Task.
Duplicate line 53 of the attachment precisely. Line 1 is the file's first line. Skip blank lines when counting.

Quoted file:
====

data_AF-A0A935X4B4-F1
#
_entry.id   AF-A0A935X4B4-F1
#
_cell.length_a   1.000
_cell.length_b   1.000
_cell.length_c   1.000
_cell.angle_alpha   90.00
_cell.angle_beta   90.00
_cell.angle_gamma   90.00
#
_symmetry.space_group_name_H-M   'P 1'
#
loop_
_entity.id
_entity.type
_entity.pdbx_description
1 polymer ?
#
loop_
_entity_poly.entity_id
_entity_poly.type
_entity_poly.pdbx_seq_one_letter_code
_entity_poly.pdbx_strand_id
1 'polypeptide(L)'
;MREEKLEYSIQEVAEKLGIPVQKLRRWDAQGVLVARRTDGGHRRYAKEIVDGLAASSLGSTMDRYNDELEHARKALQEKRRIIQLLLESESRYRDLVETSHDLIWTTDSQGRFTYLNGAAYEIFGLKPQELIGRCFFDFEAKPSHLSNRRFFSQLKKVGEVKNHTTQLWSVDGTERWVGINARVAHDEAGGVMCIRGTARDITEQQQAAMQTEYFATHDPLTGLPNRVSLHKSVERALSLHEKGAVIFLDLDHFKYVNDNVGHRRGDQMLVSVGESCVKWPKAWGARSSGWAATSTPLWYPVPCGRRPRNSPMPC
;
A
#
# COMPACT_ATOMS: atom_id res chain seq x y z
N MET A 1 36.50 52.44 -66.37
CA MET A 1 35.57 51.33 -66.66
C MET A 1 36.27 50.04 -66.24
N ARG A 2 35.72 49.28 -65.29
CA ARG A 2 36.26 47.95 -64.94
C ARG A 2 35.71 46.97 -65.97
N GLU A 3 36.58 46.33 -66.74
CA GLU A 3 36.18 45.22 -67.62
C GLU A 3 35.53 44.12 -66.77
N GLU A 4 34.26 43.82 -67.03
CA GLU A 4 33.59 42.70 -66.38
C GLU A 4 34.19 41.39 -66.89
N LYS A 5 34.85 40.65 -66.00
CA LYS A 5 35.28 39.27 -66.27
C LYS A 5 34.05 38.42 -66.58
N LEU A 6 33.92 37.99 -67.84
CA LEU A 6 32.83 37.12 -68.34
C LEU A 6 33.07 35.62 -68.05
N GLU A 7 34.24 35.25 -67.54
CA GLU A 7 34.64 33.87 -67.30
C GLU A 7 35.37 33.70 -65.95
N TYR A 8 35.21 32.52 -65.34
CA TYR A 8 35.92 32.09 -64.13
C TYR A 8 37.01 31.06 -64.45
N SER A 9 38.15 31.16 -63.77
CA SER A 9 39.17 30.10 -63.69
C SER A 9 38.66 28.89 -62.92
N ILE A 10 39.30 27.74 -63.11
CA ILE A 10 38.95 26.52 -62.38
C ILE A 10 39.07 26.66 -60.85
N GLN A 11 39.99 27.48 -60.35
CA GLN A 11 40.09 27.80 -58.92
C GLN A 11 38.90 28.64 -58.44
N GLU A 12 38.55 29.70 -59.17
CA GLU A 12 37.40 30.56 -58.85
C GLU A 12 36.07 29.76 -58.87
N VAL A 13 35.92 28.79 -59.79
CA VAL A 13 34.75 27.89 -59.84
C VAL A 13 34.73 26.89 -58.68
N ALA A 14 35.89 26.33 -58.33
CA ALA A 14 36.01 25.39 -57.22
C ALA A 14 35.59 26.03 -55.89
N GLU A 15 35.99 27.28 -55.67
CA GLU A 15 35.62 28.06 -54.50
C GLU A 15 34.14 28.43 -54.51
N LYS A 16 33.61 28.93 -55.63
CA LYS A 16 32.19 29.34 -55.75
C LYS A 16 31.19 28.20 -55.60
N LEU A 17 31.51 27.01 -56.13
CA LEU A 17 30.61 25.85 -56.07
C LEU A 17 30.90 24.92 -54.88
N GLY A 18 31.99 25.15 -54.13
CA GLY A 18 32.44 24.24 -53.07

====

CA TYR A 8 35.92 32.09 -64.13